IE10 beats Chrome, Safari, Firefox at blocking web malware

IE10 beats Chrome, Safari, Firefox at blocking web malware

Summary: The application reputation systems used in Internet Explorer 10 and Chrome offer users far better protection than rivals, according to a study.

TOPICS: Security, Browser

Internet Explorer 10 offers better protection against malware hosted on websites than Chrome, Safari, Firefox and Opera, according to a new browser security study.

At 99.96 percent, IE10's malware block rate outperformed Chrome's (versions 25 and 26) block rate of 83.16 percent, according to a study by analyst firm NSS Labs.

The difference between the two browsers however was minor compared to their lead on rivals: Safari 5 blocked 10.15 percent of malware, Firefox 19 blocked 9.92 percent and Opera 12 only blocked 1.87 percent in the study said.

The company tested each browser's ability to block malware from a sample of 754 URLs that were found to be "active and malicious". The company said it removed adware and false positives and tested the URLs against each browser every six hours between 13 March and 9 April this year.

According to NSS, Chrome and IE10 both offered superior defences because of the additional file blockers Microsoft and Google employed in their respective browsers.

2013-05-15 12.13.14 pm
Image: NSS Labs.

Safari and Firefox rely on Google's Safe Browsing API which provides URL filtering. However, Chrome employs a newer version of the API, additional reputation-checking and a file-based malware blocker called Download Protection that are not used in Safari and Firefox, according to NSS.

Chrome's additional file blockers caught 73 percent of malware while the URL reputation system in common with Safari and Firefox blocked around 10 percent, it found.

Microsoft employs its own reputation-based system in IE10 and IE9 called Application Reputation, which determines whether an application is established enough to be trustworthy, and SmartScreen which provides URL filtering. Application Reputation picked up 17 percent of malware while its URL filter picked up 83 percent, according to NSS.

"Both Google's Download Protection and Microsoft's App Rep [Application Reputation] allow users to override browser protecting, however, Google relies on this less reliable protection mechanism nearly four times as often as does Microsoft," Randy Abrams, research director at NSS Labs, said in a statement.

"The net result is that IE10 users are offered superior protection over Chrome users with one quarter the risk of making a bad download decision. Firefox, Safari, and Opera users are afforded little protection at all by their browsers."

Topics: Security, Browser

Liam Tung

About Liam Tung

Liam Tung is an Australian business technology journalist living a few too many Swedish miles north of Stockholm for his liking. He gained a bachelors degree in economics and arts (cultural studies) at Sydney's Macquarie University, but hacked (without Norse or malicious code for that matter) his way into a career as an enterprise tech, security and telecommunications journalist with ZDNet Australia. These days Liam is a full time freelance technology journalist who writes for several publications.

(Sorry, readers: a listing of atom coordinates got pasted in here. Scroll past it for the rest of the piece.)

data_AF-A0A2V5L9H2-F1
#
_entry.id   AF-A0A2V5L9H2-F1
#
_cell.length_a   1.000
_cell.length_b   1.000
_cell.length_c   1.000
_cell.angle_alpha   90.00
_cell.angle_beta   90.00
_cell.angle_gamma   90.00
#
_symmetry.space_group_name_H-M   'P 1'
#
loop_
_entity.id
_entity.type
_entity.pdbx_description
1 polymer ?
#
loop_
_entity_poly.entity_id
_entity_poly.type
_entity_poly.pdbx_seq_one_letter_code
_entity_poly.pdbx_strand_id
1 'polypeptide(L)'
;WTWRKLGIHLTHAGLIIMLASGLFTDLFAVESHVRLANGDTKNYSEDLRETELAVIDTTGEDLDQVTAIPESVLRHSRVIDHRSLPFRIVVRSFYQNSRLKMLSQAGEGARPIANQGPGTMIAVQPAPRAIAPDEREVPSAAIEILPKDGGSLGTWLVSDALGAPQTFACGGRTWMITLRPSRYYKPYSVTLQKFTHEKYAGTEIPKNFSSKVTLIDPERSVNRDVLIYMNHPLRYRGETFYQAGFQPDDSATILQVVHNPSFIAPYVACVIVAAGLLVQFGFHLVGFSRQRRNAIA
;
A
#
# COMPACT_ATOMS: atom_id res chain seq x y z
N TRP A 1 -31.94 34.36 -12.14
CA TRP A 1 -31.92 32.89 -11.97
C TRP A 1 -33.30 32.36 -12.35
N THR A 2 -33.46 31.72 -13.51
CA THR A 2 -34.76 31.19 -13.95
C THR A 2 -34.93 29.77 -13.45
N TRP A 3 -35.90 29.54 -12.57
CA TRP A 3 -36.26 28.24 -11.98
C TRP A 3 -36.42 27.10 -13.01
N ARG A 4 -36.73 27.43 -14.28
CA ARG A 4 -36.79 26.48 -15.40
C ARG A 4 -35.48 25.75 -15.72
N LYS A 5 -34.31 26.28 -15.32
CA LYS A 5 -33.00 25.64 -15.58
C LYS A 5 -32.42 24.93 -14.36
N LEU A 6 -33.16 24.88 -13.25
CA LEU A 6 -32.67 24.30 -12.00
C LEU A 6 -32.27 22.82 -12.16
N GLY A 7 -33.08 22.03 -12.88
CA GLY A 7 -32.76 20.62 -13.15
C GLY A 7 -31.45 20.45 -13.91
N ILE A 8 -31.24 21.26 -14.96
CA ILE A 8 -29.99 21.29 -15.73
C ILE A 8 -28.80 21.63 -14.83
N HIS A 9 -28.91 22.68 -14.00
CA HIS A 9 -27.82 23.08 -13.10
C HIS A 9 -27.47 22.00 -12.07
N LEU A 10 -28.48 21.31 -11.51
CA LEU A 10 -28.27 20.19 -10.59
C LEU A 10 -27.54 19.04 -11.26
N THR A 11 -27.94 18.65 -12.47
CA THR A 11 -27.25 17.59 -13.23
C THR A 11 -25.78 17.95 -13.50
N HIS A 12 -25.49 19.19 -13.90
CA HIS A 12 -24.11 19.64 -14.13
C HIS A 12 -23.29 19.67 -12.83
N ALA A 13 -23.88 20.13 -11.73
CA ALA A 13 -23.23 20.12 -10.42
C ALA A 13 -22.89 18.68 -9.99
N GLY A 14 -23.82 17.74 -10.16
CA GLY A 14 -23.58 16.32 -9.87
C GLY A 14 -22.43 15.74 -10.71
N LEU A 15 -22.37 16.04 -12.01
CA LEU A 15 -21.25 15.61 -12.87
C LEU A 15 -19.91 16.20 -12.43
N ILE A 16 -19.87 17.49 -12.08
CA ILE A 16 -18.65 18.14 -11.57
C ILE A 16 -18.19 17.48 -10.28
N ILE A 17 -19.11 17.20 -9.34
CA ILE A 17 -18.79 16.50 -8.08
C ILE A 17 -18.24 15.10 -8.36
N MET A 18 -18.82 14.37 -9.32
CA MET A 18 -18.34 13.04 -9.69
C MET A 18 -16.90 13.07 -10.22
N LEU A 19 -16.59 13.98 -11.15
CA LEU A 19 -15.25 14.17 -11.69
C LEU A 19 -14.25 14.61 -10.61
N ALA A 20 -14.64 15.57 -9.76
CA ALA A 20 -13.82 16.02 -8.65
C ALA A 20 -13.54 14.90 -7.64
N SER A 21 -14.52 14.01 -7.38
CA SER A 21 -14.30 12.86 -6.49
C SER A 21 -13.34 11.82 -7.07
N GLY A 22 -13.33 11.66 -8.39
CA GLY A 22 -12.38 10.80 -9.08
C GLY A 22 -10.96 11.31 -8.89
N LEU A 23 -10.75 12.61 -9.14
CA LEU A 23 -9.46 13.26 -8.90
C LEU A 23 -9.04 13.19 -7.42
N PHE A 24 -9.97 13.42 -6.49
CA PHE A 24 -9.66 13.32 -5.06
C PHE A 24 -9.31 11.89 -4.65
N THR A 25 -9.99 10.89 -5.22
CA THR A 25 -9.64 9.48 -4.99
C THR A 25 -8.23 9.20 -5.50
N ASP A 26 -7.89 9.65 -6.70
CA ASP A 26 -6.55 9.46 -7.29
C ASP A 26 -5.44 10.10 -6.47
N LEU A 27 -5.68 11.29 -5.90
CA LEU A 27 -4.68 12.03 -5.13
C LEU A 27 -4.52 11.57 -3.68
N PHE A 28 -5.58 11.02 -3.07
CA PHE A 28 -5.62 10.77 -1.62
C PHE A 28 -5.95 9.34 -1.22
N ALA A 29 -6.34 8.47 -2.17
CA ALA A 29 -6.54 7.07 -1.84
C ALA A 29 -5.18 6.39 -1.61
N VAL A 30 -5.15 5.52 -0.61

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  • Ouch

    A post not "anti-microsoft" ? Not sure how many people will read this... you see, people on this site much prefer to read articles with a header like "IE 10 worst browser in history" or "Microsoft, the dream is over" instead of the truth...
    • Na... don't worry

      Everybody who will read the article will think the research was subsidised by Microsoft so it isn’t true.
      • No sponsoring

        This report was produced as part of NSS Labs’ independent testing information services.
        Leading products were tested at no cost to the vendor, and NSS Labs received no vendor funding to produce this report.
        • no vendor funding

          Johan Heinstedt
          • That was 2009

            That was 2009.
            No sponsoring now as is clearly stated in the report
      • The short history of Microsoft & ZDNET.COM

        “A verbal memo [no email allowed] was passed around the MS campus encouraging MS employee’s to post to ZDNet articles like this one”

        –Michelle Bradley, Microsoft

        ‘The author of the email, posted on ZDNet in a Talkback forum on the Microsoft antitrust trial, claimed her name was Michelle Bradley and that she had “retired” from Microsoft last week.

        ‘”A verbal memo [no email allowed] was passed around the MS campus encouraging MS employee’s to post to ZDNet articles like this one,” the email said.

        ‘”The theme is ‘Microsoft is responsible for all good things in computerdom.’ The government has no right to prevent MS from doing anything. Period. The ‘memo’ suggests we use fictional names and state and to identify ourselves as students,” the author claimed.’

        –Wired Magazine
        • what is this BS?

          why would MS specifically target zdnet? it's not like it is the most influential site, no offense zdnet people
    • Wait for SVJN

      Wait for SVJN, he just working on the article which will explain in detail why this is not true and that the worst is IE10 protection.
      • ZDNET.COM and how Microsoft handle it